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The "Armageddon" Gameplan

Cramer is just as frustrated as you are with this topsy-turvy market in which "stocks just fall and then keep falling." How long can the market keep dropping? Even with today's 494-point rally -- for which Cramer is thankful -- the week still ended down 5.3%. What gives? Cramer's explanation for this phenomenon: people need cash, and they need it now.

What's that got to do with the current global market rout, this near-"financial Armageddon?" Well, with the exception of U.S. Treasurys, all asset classes are falling apart -- "exactly like the Great Depression."

Stocks especially are "unlucky" because, of all the various instruments we can put our money into -- commodities, real estate, bonds, hedge funds -- stocks are the one asset class that can be sold fastest and with the least penalties, and turned into ready cash. It's "where you can go out and actually raise money, where you can sell."

"Stocks are being sold because they can be sold." That, according to Cramer, is what's perpetuating this often illogical-seeming selloff across all sectors. He stresses, "Stocks are not being sold because they represent no value." It has nothing to do with fundamentals. People simply need cold, hard cash.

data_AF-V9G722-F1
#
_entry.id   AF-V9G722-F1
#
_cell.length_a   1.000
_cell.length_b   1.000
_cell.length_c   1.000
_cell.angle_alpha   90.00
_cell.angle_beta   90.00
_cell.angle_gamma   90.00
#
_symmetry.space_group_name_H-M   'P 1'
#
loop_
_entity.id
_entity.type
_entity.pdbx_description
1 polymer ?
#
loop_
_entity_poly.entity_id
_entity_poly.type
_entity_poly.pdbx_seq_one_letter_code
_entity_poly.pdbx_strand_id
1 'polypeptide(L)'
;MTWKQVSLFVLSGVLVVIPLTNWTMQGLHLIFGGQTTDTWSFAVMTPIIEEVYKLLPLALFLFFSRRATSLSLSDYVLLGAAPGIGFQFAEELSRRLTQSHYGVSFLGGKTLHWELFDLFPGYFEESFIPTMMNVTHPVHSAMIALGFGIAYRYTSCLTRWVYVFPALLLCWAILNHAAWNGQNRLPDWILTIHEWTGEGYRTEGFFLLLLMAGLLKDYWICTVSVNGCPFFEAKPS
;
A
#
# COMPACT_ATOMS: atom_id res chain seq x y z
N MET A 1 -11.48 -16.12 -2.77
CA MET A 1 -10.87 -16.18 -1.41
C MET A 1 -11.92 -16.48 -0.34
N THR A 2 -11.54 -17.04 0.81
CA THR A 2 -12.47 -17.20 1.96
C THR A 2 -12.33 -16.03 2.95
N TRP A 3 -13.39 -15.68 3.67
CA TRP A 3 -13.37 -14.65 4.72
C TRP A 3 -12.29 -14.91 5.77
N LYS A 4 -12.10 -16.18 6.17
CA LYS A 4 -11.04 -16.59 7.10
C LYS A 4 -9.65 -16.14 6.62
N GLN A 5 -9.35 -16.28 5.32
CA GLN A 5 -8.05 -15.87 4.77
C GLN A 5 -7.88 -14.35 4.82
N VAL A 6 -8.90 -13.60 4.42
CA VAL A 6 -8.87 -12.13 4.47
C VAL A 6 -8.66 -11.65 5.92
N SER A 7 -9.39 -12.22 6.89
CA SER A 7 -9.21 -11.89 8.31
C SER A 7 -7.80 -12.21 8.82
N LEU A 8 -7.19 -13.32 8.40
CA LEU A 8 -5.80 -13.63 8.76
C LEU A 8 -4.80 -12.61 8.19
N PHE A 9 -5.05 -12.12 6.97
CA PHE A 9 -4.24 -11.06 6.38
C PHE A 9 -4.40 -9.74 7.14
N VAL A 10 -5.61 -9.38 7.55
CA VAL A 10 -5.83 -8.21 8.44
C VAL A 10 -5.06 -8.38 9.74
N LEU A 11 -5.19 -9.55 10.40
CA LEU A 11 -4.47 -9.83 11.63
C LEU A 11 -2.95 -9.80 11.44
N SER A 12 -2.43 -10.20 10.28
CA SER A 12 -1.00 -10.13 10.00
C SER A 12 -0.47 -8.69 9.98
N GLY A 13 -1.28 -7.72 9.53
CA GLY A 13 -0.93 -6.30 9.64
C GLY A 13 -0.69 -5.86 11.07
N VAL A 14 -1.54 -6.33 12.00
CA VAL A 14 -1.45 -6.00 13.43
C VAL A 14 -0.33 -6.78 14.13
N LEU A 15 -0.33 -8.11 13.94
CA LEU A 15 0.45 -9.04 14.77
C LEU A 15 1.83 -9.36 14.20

So what should be your gameplan, given this tough bear environment? Cramer says if you trade at all, you should only do it in "small increments on the way down" and sell on the lifts so you can pay for any big expenses in the next few years, like "buying a home or paying for college."

The only reason to buy at all, adds Cramer, is precisely because stocks have been driven so low. Many sound and well-run companies are seeing their stock at artificially low levels: "Filene's Basement levels, even Family Dollar levels." You know Cramer's rules on what to buy: "recession-resistant stocks, stocks trading at or through their cash, and the accidental high-yielders, and you have to know the companies behind the stocks will still be alive and kicking when the dust settles."

Bottom line: "Stocks get more attractive as they go lower, but the selling is intense and motivated by the fact that pretty much all the giant portfolio managers have to sell something, and stocks just happen to be a commodity that they can sell immediately. So you have to buy in small increments using wide scales as we go lower, because of the endless -- and now ridiculous -- sales."



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